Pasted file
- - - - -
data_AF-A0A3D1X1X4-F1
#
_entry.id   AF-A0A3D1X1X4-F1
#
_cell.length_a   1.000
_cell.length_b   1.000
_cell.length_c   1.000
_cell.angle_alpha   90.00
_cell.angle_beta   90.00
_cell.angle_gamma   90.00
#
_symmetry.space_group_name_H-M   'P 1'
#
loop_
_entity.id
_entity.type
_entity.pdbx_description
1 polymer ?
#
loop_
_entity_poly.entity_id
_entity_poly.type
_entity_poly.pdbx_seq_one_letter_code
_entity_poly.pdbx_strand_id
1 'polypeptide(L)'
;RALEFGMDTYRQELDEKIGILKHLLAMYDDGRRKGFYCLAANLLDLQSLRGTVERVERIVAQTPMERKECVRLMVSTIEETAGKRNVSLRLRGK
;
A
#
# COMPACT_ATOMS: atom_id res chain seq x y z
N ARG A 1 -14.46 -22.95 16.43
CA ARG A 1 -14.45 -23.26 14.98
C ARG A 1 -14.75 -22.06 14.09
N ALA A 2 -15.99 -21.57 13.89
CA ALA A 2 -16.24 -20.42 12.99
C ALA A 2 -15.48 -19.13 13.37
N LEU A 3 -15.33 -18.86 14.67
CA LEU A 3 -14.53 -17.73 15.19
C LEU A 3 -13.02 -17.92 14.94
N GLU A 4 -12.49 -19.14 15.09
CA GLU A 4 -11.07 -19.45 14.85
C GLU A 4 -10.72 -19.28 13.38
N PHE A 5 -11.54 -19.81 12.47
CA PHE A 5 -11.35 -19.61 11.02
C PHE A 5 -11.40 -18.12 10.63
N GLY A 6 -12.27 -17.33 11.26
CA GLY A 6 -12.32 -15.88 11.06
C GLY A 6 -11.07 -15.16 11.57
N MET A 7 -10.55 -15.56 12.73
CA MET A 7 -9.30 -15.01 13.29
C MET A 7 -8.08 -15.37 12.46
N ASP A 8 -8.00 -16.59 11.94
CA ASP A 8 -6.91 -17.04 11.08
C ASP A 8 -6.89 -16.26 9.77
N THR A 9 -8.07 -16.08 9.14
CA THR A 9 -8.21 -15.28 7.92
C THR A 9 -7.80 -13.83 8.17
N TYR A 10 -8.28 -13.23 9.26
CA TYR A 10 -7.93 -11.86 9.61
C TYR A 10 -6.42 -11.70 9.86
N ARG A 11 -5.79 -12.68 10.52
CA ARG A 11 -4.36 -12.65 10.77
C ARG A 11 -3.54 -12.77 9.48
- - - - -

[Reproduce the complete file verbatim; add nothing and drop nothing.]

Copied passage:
data_AF-A0A3D1X1X4-F1
#
_entry.id   AF-A0A3D1X1X4-F1
#
_cell.length_a   1.000
_cell.length_b   1.000
_cell.length_c   1.000
_cell.angle_alpha   90.00
_cell.angle_beta   90.00
_cell.angle_gamma   90.00
#
_symmetry.space_group_name_H-M   'P 1'
#
loop_
_entity.id
_entity.type
_entity.pdbx_description
1 polymer ?
#
loop_
_entity_poly.entity_id
_entity_poly.type
_entity_poly.pdbx_seq_one_letter_code
_entity_poly.pdbx_strand_id
1 'polypeptide(L)'
;RALEFGMDTYRQELDEKIGILKHLLAMYDDGRRKGFYCLAANLLDLQSLRGTVERVERIVAQTPMERKECVRLMVSTIEETAGKRNVSLRLRGK
;
A
#
# COMPACT_ATOMS: atom_id res chain seq x y z
N ARG A 1 -14.46 -22.95 16.43
CA ARG A 1 -14.45 -23.26 14.98
C ARG A 1 -14.75 -22.06 14.09
N ALA A 2 -15.99 -21.57 13.89
CA ALA A 2 -16.24 -20.42 12.99
C ALA A 2 -15.48 -19.13 13.37
N LEU A 3 -15.33 -18.86 14.67
CA LEU A 3 -14.53 -17.73 15.19
C LEU A 3 -13.02 -17.92 14.94
N GLU A 4 -12.49 -19.14 15.09
CA GLU A 4 -11.07 -19.45 14.85
C GLU A 4 -10.72 -19.28 13.38
N PHE A 5 -11.54 -19.81 12.47
CA PHE A 5 -11.35 -19.61 11.02
C PHE A 5 -11.40 -18.12 10.63
N GLY A 6 -12.27 -17.33 11.26
CA GLY A 6 -12.32 -15.88 11.06
C GLY A 6 -11.07 -15.16 11.57
N MET A 7 -10.55 -15.56 12.73
CA MET A 7 -9.30 -15.01 13.29
C MET A 7 -8.08 -15.37 12.46
N ASP A 8 -8.00 -16.59 11.94
CA ASP A 8 -6.91 -17.04 11.08
C ASP A 8 -6.89 -16.26 9.77
N THR A 9 -8.07 -16.08 9.14
CA THR A 9 -8.21 -15.28 7.92
C THR A 9 -7.80 -13.83 8.17
N TYR A 10 -8.28 -13.23 9.26
CA TYR A 10 -7.93 -11.86 9.61
C TYR A 10 -6.42 -11.70 9.86
N ARG A 11 -5.79 -12.68 10.52
CA ARG A 11 -4.36 -12.65 10.77
C ARG A 11 -3.54 -12.77 9.48